Daniel Shiel | West Yorkshire
My professional training has been as an archaeologist specialising in geophysical prospection for archaeological sites. Archaeology/photography is taking me to many places, providing many sources of inspiration. The result is a lifetime spent observing landscapes, past and present.
This background froms the context for my photographic work which considers the rich textures, patterns and colours evident in many everyday objects both natural and artificial; details often unseen or overlooked at first glance. The themes at the centre of my work are associations with the past, decay, destruction and loss. Within each detailed study an image is extracted and isolated from its original context. A fresh and unfamiliar landscape is generated which acquires a newly discovered perspective and narrative.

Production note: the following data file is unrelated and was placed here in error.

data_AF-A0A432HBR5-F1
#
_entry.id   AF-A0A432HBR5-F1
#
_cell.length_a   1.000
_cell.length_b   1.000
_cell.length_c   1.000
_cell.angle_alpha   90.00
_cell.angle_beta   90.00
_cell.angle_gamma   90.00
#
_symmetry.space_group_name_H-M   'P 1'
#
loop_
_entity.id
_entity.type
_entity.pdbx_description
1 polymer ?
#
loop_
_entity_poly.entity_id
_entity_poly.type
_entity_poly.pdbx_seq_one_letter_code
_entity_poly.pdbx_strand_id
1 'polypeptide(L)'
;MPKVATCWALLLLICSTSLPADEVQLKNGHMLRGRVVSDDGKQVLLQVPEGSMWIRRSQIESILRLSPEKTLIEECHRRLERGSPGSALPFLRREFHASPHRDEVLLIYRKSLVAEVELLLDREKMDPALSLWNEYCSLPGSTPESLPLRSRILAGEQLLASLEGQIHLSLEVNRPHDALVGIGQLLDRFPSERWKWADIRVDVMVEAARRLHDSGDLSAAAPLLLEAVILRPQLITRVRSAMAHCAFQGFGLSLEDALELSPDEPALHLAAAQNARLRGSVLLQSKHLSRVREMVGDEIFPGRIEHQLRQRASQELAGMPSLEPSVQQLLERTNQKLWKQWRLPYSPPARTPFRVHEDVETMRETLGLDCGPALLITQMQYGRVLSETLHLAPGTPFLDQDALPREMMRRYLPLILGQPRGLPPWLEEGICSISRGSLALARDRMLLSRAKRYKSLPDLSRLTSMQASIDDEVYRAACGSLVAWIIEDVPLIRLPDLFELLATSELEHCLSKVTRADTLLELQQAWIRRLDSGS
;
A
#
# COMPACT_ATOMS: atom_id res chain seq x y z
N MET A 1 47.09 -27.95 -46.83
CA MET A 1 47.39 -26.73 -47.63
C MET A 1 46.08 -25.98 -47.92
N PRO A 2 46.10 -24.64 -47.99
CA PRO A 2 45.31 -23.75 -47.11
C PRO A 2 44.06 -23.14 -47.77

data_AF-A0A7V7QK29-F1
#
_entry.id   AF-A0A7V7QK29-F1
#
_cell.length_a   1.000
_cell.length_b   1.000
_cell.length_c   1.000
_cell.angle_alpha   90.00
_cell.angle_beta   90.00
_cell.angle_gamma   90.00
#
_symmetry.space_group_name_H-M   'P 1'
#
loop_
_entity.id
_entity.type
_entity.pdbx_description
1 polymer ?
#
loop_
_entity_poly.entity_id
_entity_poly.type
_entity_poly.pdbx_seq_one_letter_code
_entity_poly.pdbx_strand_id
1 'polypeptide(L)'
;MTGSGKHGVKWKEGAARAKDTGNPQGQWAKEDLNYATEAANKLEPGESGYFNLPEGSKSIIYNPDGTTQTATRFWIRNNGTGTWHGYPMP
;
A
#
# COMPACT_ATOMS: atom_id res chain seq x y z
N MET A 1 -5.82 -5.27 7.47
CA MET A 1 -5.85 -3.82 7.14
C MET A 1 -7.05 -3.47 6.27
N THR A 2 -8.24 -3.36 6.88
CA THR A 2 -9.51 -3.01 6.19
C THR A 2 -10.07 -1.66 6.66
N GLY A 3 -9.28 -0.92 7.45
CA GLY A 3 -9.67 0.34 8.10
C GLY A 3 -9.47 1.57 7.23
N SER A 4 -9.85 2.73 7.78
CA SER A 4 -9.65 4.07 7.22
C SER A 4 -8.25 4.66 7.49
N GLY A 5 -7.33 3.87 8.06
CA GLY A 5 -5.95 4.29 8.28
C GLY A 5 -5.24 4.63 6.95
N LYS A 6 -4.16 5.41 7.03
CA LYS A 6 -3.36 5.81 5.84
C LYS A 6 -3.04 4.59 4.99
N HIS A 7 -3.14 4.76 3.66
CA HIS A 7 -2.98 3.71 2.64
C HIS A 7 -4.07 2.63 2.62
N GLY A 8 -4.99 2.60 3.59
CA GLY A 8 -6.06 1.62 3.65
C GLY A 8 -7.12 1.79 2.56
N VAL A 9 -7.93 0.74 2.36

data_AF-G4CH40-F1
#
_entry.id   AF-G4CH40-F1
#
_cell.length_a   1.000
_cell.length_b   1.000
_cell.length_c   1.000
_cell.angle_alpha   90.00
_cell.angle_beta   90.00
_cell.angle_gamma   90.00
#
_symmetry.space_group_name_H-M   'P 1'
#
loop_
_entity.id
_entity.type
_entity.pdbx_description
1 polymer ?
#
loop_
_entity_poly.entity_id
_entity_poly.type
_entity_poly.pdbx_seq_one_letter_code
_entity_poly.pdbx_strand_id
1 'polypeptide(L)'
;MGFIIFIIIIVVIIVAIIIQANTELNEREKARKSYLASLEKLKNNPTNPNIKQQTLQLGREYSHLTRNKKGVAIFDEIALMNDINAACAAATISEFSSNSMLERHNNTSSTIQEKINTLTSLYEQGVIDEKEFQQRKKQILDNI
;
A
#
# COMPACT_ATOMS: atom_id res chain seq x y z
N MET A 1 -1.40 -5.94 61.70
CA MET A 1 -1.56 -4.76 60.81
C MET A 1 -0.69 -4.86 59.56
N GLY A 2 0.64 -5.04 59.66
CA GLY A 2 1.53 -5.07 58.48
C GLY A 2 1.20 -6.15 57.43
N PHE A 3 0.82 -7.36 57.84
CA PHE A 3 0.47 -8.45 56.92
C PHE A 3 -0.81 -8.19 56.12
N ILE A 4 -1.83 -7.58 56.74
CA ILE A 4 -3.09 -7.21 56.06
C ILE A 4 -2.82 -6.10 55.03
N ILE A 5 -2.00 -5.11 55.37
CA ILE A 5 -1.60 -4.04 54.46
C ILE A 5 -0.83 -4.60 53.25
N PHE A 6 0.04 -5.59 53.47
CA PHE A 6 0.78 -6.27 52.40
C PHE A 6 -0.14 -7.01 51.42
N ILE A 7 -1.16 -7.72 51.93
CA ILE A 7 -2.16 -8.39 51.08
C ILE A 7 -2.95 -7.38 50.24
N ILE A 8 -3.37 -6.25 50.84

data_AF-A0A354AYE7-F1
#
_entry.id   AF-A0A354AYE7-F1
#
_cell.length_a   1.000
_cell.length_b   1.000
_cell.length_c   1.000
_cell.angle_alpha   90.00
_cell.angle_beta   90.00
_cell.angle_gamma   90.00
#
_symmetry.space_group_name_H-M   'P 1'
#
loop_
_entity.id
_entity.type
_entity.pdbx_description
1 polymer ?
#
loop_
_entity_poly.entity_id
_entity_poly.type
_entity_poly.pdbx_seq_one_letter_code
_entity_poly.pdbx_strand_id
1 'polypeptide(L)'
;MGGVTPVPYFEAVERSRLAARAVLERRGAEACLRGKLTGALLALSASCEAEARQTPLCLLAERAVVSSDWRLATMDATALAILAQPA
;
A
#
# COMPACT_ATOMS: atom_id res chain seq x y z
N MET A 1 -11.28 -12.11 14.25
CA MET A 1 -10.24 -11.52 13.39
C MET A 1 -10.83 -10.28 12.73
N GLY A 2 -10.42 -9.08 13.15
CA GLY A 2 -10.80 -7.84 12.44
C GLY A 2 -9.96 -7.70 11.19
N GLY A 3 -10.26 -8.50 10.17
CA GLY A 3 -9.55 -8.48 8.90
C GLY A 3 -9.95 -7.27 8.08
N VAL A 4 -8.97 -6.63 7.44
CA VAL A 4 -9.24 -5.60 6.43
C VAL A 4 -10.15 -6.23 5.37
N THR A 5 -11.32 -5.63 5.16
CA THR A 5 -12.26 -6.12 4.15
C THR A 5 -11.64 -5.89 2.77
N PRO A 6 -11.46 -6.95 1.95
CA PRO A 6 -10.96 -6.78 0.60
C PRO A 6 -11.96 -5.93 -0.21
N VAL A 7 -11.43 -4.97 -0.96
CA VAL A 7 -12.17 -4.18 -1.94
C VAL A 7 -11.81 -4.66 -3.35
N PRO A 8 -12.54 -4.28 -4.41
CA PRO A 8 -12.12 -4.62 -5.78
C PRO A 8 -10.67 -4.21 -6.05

My recent work has concentrated on artificial landscapes and objects that have minor histories from their creation to destruction, from usefulness to supersession and abandoment. The process is delayed by repair and recycling; acts further enriching an objects history and the complexity of its appearance. By combining images into collage the resulting structures often have surrealist quality; remote landscapes and settings of a melancholy character where unknown and uncertain events may have or are about to occur.